*hem hem*



Mad Max: Fury Road is a genre film of the highest order, one that torpedoes through its genre conventions in an eruption of smoke and rust and would sooner perish than take a moment to dust off its shoulders. It is a film drenched in gasoline and liquid anarchy, splurting flames out of its umpteen exhaust pipes and rumbling so deeply the back of your skull starts itching. Director George Miller, who also directed the past three Mad Max films, released his last entry "Thunderdome" three decades ago, and this one seems to have bathed (or scorched) in the vivid gleam of his wildest fantasies for every minute of them.

While Thunderdome has since garnered a reputation for being the worst entry in the series – my thoughts being the exact inverse – Fury Road brings a previously unknown dimension in modern technique to its proceedings that adds to the effect in ways that would never have been possible back in the franchise's time. Miller's latest is an unceasing succession of sensational action sequences– a visceral circus act that isn't content with simply juggling chainsaws; they must be ablaze, while it walks a tightrope that is also ablaze.

Max Rockatansky, who we've come to know as Mel Gibson's post- apocalypse persona, is recast as Tom Hardy, whose formidable presence has not been lost upon the chaos and the Madness of the world around him. He is a man haunted by his past trespasses and hunted by whoever is within proximity. This world, brought to a wastelandic extreme we've yet to see from this series, is ruled in part by a tyrannical dictator by the name of Immortan Joe (Hugh Keays-Byrne), a creature whose mask can only remind viewers of Hardy's previous role as Bane in "DKR". His cult is in possession of a spectacular array of vehicles that make for chase scenes that set out to overwhelm and succeed.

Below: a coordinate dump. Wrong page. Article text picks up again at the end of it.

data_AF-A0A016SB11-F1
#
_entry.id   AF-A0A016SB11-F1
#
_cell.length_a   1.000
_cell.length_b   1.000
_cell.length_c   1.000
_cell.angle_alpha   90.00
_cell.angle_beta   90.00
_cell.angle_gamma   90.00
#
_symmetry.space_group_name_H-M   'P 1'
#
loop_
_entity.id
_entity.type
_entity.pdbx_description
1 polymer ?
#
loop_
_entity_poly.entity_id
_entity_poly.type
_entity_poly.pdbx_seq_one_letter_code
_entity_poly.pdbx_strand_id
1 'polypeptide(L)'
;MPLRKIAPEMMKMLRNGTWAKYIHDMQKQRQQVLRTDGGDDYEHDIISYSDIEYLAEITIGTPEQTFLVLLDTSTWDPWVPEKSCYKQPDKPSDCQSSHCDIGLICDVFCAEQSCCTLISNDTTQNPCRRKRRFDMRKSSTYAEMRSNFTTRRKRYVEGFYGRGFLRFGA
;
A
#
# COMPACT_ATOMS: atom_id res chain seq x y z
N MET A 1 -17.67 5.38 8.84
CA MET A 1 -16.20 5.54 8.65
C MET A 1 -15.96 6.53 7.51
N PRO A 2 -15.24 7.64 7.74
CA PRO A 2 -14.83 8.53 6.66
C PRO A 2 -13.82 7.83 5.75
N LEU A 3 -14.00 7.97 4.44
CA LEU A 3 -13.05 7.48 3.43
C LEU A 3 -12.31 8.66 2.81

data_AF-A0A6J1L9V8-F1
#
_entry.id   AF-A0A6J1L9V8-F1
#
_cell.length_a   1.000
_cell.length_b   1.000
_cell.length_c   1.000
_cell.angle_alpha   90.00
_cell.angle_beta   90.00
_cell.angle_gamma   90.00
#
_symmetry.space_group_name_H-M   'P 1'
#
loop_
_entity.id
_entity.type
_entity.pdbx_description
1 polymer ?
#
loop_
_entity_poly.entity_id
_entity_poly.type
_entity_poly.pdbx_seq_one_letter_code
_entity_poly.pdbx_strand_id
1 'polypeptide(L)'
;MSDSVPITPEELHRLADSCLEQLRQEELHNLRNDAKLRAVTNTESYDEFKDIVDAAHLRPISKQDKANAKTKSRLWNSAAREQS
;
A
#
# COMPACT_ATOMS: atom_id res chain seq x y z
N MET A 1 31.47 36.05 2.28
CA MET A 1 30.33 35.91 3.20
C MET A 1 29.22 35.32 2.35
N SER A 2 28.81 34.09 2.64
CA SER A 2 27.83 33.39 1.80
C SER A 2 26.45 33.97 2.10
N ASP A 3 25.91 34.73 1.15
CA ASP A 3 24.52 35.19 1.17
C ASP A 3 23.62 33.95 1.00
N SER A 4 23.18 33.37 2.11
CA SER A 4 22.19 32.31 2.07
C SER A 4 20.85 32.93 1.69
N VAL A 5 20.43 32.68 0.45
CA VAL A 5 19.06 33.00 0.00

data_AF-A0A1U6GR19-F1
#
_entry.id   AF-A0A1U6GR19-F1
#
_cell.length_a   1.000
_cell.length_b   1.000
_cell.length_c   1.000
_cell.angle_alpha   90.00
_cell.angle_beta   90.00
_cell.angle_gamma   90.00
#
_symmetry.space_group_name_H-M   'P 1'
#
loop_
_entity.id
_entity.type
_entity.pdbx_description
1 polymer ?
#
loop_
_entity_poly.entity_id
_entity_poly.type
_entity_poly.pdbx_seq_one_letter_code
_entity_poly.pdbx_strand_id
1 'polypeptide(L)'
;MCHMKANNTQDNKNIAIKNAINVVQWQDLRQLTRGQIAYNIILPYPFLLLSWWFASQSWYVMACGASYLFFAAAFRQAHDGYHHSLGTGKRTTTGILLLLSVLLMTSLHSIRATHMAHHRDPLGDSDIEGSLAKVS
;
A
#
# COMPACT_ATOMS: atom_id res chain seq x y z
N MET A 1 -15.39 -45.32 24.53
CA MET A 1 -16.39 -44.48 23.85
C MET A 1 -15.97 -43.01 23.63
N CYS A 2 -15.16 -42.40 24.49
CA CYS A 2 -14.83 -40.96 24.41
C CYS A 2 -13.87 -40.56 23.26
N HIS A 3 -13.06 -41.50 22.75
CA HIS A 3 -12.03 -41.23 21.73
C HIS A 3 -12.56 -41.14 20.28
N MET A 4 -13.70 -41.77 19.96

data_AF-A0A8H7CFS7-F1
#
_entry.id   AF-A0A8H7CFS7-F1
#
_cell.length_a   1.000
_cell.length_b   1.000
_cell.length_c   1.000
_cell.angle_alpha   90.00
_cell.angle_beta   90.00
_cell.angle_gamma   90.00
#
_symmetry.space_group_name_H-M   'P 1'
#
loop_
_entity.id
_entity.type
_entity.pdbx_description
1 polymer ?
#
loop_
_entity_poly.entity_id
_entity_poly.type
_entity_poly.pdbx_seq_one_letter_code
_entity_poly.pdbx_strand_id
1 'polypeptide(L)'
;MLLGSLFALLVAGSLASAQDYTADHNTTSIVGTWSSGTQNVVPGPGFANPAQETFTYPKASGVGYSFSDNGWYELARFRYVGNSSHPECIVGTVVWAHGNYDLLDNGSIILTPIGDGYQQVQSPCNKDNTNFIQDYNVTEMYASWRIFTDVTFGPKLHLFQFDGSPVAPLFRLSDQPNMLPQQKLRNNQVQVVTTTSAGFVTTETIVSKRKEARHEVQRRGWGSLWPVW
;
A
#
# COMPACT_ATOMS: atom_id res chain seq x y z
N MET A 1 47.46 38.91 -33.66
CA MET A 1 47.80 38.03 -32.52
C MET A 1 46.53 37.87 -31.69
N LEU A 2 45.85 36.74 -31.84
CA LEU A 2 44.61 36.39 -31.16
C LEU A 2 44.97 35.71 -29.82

Joe and his army are in pursuit of Imperator Furiosa (Charlize Theron), a female warrior of Joe's who sets out to escape his wrath with his Five Wives in tow. Here is where the film's feminist undercurrent is rooted, in the developments of these women who have none but themselves to look towards in the midst of mayhem. In the previous films, the mere presence of a woman on-screen has been sufficient cause for unease, the promise of death or worse perpetually shimmering on the horizon, drawing ever near with each passing moment. That raw fear has since driven these women to adopt a fierce will to survive while shielding their perceived delicacy from the cruel outside. They are powerful but nonetheless fragile, beautiful but capable; an oasis of purity in what is very much a man's world.